Snowy romance: La bohème at the Royal Opera House

Puccini – La bohème

Mimì –  Nicole Car
Rodolfo – Michael Fabiano
Marcello – Mariusz Kwiecień
Musetta – Simona Mihai
Schaunard – Florian Sempey
Colline – Luca Tittoto
Benoît – Jeremy White
Alcindoro – Wyn Pencarreg

Royal Opera Chorus, Orchestra of the Royal Opera House / Antonio Pappano.
Stage Director – Richard Jones

Royal Opera House, London, England.  Monday, September 11th, 2017.

Tonight’s Bohème marked the opening of the 2017 – 18 season at the Royal Opera House.  It also marked the first new production of the work since John Copley’s venerable 1974 staging, which had been revived on multiple occasions over the years, featuring a veritable pantheon of lyric stars from the last four decades.  Entrusted to Richard Jones, this new staging is a co-production with Madrid and Chicago and featured a youthful cast of both up-and-coming and established artists.

Photo: © ROH / Catherine Ashmore

As we entered the auditorium, we were greeted by a single flurry of snow, constantly falling from the flies.  Indeed, the snow was a constant presence on stage reminding us of the wintry origins of Mimì and Rodolfo’s love.  As the story developed, the presence of the snow at the front of the stage in the final act, served as a reminder of what was and what could never have been.  The visuals were certainly spare – the Bohemians garret furnished with a stove and not much else.  Given the poor sightlines from parts of the theatre, there may be issues for viewers at the very back and extreme sides to be able to see the self-contained garret which houses Act 1.  For Act 2, we see a Parisian shopping mall gradually morph into a quite elegant and decadent Café Momus.  Yet, here and in the later acts, the scene changes are prepared right in front of us – quite noisily at times – almost giving us a forensic overview of the events unfolding in front of us.  We see everything that evolves in the story, and in many respects, it keeps us at a distance from the characters.  The sparseness of the environment requires a strong direction of the principals and truly outstanding singing-actors who can really project and live their characters within this environment.  I’m not quite convinced, this evening, that we got that.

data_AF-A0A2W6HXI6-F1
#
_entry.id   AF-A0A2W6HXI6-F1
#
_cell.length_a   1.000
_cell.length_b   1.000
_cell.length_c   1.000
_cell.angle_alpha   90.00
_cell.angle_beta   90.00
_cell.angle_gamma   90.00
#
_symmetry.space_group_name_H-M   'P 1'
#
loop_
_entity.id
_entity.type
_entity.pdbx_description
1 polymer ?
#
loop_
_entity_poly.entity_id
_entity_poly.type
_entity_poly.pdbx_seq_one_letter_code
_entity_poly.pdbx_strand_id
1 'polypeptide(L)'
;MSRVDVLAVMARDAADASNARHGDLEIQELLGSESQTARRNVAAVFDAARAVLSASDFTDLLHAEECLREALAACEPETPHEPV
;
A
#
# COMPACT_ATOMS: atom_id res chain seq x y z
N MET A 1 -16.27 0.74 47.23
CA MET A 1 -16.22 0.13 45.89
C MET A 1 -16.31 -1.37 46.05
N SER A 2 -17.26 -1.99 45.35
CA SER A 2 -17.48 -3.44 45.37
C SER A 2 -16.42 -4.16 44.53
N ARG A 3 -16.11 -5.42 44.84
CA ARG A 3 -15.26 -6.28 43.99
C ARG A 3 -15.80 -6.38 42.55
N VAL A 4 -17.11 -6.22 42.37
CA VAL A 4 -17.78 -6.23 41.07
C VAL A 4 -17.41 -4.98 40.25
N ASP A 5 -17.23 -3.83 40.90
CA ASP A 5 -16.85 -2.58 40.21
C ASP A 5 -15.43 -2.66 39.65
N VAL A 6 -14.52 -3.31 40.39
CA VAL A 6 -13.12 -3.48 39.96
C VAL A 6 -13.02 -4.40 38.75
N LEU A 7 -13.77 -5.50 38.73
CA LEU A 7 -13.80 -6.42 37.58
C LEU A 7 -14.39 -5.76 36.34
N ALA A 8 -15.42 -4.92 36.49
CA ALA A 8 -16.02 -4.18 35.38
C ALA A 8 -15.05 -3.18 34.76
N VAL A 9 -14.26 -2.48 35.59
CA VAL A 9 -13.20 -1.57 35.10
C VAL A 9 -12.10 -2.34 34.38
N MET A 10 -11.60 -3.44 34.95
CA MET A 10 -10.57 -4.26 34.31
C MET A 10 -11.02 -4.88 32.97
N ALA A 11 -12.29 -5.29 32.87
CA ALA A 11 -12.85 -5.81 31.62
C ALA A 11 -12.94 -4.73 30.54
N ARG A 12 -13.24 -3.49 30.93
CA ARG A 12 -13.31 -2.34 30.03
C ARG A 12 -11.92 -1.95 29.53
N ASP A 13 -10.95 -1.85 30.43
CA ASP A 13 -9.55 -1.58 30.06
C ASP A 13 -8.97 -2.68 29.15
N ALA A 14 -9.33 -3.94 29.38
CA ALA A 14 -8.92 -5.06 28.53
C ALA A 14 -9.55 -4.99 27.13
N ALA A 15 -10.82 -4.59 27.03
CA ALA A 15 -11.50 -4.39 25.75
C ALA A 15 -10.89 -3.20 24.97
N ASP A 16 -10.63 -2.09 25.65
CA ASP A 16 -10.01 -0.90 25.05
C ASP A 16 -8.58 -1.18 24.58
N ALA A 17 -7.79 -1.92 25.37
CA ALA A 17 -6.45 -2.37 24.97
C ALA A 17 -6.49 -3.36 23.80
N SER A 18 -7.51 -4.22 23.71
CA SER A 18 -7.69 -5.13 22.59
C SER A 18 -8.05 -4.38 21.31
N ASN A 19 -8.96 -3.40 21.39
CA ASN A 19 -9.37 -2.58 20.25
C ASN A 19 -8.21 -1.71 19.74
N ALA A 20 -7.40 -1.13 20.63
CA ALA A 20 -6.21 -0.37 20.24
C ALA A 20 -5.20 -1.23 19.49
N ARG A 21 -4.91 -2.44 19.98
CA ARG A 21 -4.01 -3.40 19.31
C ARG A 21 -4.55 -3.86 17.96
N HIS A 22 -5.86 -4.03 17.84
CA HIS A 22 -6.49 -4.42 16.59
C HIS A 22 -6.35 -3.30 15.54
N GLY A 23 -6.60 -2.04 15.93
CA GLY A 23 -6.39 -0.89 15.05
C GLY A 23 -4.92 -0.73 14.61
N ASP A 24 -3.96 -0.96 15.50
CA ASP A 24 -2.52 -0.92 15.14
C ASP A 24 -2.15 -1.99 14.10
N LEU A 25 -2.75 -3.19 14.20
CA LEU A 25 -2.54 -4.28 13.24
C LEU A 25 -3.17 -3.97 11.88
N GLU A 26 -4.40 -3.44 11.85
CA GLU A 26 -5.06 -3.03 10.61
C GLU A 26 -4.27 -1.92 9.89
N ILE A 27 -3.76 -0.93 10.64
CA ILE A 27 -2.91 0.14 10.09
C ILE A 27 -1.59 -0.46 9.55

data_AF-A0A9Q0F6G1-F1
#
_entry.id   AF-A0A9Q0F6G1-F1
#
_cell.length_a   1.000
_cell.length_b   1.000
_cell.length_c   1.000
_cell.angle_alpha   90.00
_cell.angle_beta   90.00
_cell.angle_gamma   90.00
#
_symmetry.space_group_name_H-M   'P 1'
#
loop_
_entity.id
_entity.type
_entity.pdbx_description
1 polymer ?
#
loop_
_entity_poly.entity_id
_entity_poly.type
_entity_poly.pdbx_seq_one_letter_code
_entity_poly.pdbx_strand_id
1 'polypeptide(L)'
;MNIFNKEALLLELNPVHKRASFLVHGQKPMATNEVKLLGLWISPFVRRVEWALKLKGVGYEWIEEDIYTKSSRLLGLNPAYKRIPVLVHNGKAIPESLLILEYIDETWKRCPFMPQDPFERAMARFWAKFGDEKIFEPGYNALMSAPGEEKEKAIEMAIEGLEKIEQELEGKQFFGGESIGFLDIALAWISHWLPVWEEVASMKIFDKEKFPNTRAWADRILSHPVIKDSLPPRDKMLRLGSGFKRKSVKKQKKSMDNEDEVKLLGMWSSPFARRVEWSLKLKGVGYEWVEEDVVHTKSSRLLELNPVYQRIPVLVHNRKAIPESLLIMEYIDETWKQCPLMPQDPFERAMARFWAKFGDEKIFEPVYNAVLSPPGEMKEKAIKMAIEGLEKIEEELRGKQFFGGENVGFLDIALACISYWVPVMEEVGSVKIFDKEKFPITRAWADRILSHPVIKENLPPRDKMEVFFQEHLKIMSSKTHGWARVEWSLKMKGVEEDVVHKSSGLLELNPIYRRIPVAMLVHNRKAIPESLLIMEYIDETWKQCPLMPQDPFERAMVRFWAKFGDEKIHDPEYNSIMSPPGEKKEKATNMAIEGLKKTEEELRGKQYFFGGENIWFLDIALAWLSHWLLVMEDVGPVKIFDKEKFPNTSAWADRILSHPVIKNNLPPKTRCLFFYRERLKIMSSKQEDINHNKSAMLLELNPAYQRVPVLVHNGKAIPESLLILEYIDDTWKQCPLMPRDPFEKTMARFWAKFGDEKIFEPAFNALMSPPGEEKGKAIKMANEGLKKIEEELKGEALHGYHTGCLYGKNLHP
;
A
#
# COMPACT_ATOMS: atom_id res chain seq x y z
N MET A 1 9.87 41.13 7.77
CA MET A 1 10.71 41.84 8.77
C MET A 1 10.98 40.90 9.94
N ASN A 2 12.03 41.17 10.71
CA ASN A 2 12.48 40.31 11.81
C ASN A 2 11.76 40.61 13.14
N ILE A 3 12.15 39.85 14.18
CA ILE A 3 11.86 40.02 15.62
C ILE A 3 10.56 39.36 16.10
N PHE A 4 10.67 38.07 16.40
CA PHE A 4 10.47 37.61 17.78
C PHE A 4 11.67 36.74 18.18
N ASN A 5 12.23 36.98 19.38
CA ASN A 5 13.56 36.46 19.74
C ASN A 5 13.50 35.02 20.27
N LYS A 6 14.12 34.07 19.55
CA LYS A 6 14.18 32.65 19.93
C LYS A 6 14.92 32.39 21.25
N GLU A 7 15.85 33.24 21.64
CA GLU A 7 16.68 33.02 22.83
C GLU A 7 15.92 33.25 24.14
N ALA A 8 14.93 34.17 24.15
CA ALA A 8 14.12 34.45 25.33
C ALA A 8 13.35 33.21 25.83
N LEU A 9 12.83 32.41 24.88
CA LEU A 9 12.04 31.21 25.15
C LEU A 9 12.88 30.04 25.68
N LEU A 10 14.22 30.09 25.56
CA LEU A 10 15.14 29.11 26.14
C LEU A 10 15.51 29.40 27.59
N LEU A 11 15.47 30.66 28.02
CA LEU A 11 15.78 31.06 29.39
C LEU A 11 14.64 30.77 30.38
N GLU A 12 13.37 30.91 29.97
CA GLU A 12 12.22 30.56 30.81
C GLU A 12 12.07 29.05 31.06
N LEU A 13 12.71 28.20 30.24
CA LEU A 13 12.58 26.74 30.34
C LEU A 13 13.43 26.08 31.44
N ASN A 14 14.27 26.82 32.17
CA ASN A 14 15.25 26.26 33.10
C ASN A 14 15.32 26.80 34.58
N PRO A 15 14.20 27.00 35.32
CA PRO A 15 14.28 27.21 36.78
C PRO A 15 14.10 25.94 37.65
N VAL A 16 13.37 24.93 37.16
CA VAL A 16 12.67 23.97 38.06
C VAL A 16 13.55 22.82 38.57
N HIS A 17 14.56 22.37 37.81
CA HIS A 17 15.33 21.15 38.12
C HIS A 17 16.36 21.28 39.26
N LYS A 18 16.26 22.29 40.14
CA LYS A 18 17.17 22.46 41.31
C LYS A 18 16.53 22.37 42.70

Photo: © ROH / Catherine Ashmore

Certainly, Simona Mihai’s Musetta and Mariusz Kwiecień’s Marcello absolutely tore up the stage in Act 2 – she vamping it up fabulously in ‘quando m’en vo’; he, athletically running around the stage in order to avoid seeing her antics.  Yet, far too often, the principals were marooned at the front, staring into the audience, instead of addressing each other.  This was especially noticeable in Act 3 where Michael Fabiano’s Rodolfo and Nicole Car’s Mimì were parked at the front while Mihai and Kwiecień struck sparks off of one another upstage.  Perhaps it was first night nerves, but I never felt that youthful bloom of first love nor did the final act tear at the heartstrings in the way that it almost always should.

Photo: © ROH / Catherine Ashmore